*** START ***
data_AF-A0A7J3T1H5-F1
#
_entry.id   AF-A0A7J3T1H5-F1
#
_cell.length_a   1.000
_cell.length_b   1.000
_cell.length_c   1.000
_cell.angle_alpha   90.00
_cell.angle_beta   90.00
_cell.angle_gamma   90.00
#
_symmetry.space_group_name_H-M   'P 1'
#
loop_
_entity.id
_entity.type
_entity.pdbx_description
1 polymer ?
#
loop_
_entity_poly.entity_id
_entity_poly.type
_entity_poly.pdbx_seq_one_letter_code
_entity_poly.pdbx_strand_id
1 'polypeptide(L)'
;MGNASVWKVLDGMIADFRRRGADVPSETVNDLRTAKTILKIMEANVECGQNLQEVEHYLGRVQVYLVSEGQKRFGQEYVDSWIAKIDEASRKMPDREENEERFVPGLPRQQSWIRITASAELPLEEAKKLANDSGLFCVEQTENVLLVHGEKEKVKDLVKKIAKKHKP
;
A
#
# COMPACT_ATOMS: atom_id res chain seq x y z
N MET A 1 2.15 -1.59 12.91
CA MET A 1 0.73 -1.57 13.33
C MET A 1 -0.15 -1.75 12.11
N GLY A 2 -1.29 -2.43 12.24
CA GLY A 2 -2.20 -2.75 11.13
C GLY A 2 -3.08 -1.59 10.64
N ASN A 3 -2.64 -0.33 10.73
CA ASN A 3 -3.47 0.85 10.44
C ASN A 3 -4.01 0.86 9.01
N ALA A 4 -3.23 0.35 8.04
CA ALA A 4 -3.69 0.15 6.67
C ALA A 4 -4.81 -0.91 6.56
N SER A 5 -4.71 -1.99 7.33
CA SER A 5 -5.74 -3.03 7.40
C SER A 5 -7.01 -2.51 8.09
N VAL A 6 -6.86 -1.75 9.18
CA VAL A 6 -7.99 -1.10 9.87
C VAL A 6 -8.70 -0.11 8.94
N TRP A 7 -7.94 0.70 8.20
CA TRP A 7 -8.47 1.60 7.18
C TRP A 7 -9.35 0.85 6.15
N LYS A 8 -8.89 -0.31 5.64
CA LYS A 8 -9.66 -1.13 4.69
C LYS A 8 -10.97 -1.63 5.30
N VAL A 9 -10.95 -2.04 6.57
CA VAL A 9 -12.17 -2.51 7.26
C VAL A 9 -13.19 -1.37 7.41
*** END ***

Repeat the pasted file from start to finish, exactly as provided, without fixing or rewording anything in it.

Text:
data_AF-A0A7J3T1H5-F1
#
_entry.id   AF-A0A7J3T1H5-F1
#
_cell.length_a   1.000
_cell.length_b   1.000
_cell.length_c   1.000
_cell.angle_alpha   90.00
_cell.angle_beta   90.00
_cell.angle_gamma   90.00
#
_symmetry.space_group_name_H-M   'P 1'
#
loop_
_entity.id
_entity.type
_entity.pdbx_description
1 polymer ?
#
loop_
_entity_poly.entity_id
_entity_poly.type
_entity_poly.pdbx_seq_one_letter_code
_entity_poly.pdbx_strand_id
1 'polypeptide(L)'
;MGNASVWKVLDGMIADFRRRGADVPSETVNDLRTAKTILKIMEANVECGQNLQEVEHYLGRVQVYLVSEGQKRFGQEYVDSWIAKIDEASRKMPDREENEERFVPGLPRQQSWIRITASAELPLEEAKKLANDSGLFCVEQTENVLLVHGEKEKVKDLVKKIAKKHKP
;
A
#
# COMPACT_ATOMS: atom_id res chain seq x y z
N MET A 1 2.15 -1.59 12.91
CA MET A 1 0.73 -1.57 13.33
C MET A 1 -0.15 -1.75 12.11
N GLY A 2 -1.29 -2.43 12.24
CA GLY A 2 -2.20 -2.75 11.13
C GLY A 2 -3.08 -1.59 10.64
N ASN A 3 -2.64 -0.33 10.73
CA ASN A 3 -3.47 0.85 10.44
C ASN A 3 -4.01 0.86 9.01
N ALA A 4 -3.23 0.35 8.04
CA ALA A 4 -3.69 0.15 6.67
C ALA A 4 -4.81 -0.91 6.56
N SER A 5 -4.71 -1.99 7.33
CA SER A 5 -5.74 -3.03 7.40
C SER A 5 -7.01 -2.51 8.09
N VAL A 6 -6.86 -1.75 9.18
CA VAL A 6 -7.99 -1.10 9.87
C VAL A 6 -8.70 -0.11 8.94
N TRP A 7 -7.94 0.70 8.20
CA TRP A 7 -8.47 1.60 7.18
C TRP A 7 -9.35 0.85 6.15
N LYS A 8 -8.89 -0.31 5.64
CA LYS A 8 -9.66 -1.13 4.69
C LYS A 8 -10.97 -1.63 5.30
N VAL A 9 -10.95 -2.04 6.57
CA VAL A 9 -12.17 -2.51 7.26
C VAL A 9 -13.19 -1.37 7.41